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Mayoral candidate Brandon Johnson confident tax plan won't drive people out of Chicago

Mayoral candidate Brandon Johnson confident tax plan won't drive people out of Chicago
Mayoral candidate Brandon Johnson confident tax plan won't drive people out of Chicago 02:55

CHICAGO (CBS) -- Cook County Commissioner Brandon Johnson says if you're going to characterize him as anything, call him an investor. Investing in the city's children, schools, and disenfranchised communities are top priorities if elected mayor.

CBS 2 political investigator Dana Kozlov sat down with the former Chicago Public Schools teacher, who is also backed by the Chicago Teachers Union, to ask how he'd pay for it.

"I know there's been some pushback from a lot of the proposals, but I'm going to be honest with the people of the city of Chicago," he said.

Johnson is mostly straightforward when discussing how he'd find the money to invest in priorities like creating jobs for teens, and hiring mental health professionals to respond to non-violent police calls, which would free up sworn police officers. 

One revenue possibility? A higher price for suburbanites who take Metra into Chicago.

"We're looking at a lot of different measures to generate revenue. The ones, of course, that I'm very much interested in are the ones I've already stated; whether it's a financial transaction tax, whether it's a real estate transfer tax," he said.

Johnson also backs an employee head tax of $1 to $4 per employee at large companies, and mentioned a jet fuel tax. 

"Are there opportunities for us to have things on the table to generate revenue from tourism? Absolutely," Johnson said.

Is Johnson concerned adding any sort of taxes would further drive businesses and residents out of the city, thereby making it almost a regressive tax?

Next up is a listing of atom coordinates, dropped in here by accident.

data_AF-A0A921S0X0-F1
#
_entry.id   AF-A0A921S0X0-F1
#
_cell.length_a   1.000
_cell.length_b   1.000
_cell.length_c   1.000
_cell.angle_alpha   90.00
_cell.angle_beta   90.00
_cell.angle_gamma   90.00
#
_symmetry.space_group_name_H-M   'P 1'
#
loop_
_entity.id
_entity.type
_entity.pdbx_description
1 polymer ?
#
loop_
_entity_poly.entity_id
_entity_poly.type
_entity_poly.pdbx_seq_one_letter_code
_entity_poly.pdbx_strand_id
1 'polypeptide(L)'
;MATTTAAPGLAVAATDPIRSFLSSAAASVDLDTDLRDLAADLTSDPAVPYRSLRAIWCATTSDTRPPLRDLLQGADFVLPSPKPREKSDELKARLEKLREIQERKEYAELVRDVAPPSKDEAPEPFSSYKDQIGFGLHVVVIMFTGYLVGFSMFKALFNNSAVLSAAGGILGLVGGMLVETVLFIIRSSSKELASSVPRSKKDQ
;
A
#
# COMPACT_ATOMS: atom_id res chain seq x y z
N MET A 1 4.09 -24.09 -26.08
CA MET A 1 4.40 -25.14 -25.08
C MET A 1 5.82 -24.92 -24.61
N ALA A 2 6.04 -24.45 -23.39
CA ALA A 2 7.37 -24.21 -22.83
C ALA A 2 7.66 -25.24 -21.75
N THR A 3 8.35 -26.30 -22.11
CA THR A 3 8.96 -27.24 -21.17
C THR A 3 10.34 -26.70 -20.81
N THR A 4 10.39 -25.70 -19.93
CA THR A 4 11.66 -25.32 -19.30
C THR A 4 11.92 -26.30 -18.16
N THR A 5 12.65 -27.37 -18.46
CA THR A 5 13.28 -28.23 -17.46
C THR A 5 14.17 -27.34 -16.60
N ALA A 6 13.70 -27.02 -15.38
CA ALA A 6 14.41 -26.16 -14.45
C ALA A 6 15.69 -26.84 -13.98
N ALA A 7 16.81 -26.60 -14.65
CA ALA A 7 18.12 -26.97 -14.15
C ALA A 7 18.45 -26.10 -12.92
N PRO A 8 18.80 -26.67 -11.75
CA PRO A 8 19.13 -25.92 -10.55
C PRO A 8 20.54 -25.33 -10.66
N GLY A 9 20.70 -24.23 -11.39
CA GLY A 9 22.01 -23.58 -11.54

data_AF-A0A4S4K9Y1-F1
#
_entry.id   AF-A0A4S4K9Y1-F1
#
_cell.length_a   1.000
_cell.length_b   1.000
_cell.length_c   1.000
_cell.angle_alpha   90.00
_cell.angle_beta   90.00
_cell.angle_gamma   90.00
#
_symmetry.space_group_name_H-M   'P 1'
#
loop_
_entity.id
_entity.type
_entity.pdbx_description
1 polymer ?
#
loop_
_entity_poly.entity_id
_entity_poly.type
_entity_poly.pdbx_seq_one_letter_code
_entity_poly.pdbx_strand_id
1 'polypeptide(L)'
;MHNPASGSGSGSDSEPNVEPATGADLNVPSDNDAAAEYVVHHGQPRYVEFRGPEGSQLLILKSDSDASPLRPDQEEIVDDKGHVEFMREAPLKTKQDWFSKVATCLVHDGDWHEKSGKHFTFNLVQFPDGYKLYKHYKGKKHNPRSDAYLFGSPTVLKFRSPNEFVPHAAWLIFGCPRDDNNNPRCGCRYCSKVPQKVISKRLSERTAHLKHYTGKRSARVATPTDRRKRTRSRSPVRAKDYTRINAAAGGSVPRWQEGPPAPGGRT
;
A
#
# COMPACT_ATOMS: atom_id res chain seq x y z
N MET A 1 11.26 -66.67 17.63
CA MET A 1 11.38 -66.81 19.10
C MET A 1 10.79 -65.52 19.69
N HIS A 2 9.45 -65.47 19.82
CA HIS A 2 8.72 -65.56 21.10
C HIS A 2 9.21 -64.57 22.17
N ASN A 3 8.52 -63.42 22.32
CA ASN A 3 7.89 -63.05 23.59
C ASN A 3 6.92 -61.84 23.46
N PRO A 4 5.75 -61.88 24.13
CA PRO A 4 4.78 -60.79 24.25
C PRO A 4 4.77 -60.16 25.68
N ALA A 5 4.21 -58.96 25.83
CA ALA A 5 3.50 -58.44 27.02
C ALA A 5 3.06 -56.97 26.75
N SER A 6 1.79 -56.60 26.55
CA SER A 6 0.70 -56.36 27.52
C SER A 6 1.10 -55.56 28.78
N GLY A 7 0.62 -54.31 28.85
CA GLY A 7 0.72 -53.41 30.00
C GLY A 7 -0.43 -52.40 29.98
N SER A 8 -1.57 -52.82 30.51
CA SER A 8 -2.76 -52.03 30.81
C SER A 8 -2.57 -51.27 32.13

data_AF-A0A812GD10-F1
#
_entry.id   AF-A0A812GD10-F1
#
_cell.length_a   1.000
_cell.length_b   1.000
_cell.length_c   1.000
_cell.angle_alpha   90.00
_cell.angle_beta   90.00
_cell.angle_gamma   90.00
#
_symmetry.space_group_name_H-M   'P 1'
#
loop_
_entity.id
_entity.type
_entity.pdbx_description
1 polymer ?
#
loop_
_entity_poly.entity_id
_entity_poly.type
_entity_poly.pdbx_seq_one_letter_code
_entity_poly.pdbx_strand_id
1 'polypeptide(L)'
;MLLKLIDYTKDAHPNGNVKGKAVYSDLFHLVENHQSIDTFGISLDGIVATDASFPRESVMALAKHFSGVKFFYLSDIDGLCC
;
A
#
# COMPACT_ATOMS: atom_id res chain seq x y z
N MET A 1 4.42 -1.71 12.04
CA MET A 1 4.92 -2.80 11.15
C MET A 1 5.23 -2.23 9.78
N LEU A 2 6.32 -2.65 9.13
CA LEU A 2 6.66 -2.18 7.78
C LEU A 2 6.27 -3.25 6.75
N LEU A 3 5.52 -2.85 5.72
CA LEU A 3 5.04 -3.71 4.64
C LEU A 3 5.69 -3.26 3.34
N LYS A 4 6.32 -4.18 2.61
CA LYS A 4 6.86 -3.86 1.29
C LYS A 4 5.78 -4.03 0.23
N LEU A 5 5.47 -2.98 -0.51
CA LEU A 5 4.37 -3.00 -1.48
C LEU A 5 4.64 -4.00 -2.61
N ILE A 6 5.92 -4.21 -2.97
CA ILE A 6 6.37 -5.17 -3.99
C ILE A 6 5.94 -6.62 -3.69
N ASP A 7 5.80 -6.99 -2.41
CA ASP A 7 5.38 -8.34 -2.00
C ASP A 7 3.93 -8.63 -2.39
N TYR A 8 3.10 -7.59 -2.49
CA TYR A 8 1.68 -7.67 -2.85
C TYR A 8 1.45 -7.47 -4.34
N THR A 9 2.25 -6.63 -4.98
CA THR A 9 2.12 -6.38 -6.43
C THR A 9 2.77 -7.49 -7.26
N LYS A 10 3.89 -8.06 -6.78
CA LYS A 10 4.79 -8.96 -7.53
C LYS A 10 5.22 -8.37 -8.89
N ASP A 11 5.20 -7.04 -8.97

"No," he said.

Johnson also talked about making Chicago safer with a new public safety strategy. Does that include hiring more police officers?

"What it means is, first of all, let just me say that it is a very serious problem," Johnson said. "Here's what we do. Youth employment."

The question of police staffing took some prodding.

Asked if he wants to actively recruit new police officers, Johnson said, "We need more teachers, we need more nurses."

Pressed again on whether he wants to recruit more police officers, or if his priorities are elsewhere when it comes to public employees, Johnson said, "The question is, how do we keep our communities safer?"

So what would he do right away to make Chicago safer while his proposed investments are taking effect?

"Youth employment, we can start that this summer," Johnson said.

He hopes to get corporate participation on efforts to boost youth employment.

Johnson would also like to create tax incentives for businesses when they hire employees from certain disenfranchised communities like Garfield Park.

What's one thing people might not know about him?  He plays the drums.

A spokesperson for Johnson's campaign now tells CBS 2 a Metra surcharge tax is no longer being considered.

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